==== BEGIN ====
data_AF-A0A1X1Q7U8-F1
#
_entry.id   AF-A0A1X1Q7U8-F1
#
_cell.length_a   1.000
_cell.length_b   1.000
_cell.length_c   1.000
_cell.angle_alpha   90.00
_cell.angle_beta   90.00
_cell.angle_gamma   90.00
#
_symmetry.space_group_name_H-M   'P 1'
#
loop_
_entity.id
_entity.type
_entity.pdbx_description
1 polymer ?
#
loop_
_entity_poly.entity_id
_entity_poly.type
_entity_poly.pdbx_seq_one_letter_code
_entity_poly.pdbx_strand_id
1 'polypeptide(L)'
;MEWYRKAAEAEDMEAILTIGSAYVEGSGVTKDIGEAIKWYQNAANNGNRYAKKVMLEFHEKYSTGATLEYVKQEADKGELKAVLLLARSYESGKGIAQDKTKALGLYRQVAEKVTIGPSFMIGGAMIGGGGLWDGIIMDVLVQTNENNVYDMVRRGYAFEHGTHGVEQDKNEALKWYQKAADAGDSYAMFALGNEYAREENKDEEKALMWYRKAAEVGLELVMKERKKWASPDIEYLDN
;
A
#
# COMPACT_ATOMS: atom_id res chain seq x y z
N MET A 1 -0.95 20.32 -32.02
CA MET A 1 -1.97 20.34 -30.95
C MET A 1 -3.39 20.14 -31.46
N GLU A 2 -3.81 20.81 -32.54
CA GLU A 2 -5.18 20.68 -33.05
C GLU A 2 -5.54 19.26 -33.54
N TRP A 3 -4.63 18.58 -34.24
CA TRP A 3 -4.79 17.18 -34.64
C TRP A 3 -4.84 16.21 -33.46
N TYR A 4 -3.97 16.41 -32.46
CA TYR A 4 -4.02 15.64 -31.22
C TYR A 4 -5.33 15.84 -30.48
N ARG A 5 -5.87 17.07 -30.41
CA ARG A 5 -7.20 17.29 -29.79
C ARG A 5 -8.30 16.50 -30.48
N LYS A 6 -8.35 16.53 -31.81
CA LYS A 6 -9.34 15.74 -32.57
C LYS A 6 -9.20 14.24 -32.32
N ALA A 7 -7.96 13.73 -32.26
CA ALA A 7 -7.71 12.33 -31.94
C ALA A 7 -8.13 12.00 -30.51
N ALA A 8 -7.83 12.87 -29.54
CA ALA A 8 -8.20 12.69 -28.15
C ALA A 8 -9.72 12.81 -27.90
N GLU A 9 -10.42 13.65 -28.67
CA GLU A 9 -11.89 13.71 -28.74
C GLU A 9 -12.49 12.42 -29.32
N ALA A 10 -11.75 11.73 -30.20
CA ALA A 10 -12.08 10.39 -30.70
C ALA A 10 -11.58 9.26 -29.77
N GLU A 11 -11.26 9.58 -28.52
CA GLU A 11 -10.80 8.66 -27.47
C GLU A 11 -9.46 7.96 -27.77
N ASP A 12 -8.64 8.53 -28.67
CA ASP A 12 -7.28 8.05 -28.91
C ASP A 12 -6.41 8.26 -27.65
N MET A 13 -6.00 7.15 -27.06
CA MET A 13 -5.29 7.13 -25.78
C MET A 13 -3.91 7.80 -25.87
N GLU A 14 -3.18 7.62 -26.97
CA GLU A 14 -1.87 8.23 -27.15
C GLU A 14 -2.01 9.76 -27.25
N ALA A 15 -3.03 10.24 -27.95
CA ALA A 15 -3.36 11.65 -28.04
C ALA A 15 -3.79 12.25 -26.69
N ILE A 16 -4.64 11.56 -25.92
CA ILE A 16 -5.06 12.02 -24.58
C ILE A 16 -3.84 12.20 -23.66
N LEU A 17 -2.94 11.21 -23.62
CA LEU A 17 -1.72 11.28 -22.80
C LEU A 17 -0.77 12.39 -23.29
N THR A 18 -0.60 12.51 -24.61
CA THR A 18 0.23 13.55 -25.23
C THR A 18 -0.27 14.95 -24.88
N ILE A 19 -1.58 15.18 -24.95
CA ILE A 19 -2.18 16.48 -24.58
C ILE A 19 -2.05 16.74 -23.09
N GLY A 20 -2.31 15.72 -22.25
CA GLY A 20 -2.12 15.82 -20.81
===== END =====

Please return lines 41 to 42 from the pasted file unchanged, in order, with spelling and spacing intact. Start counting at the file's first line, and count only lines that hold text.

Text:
CA TYR A 4 -4.02 15.64 -31.22
C TYR A 4 -5.33 15.84 -30.48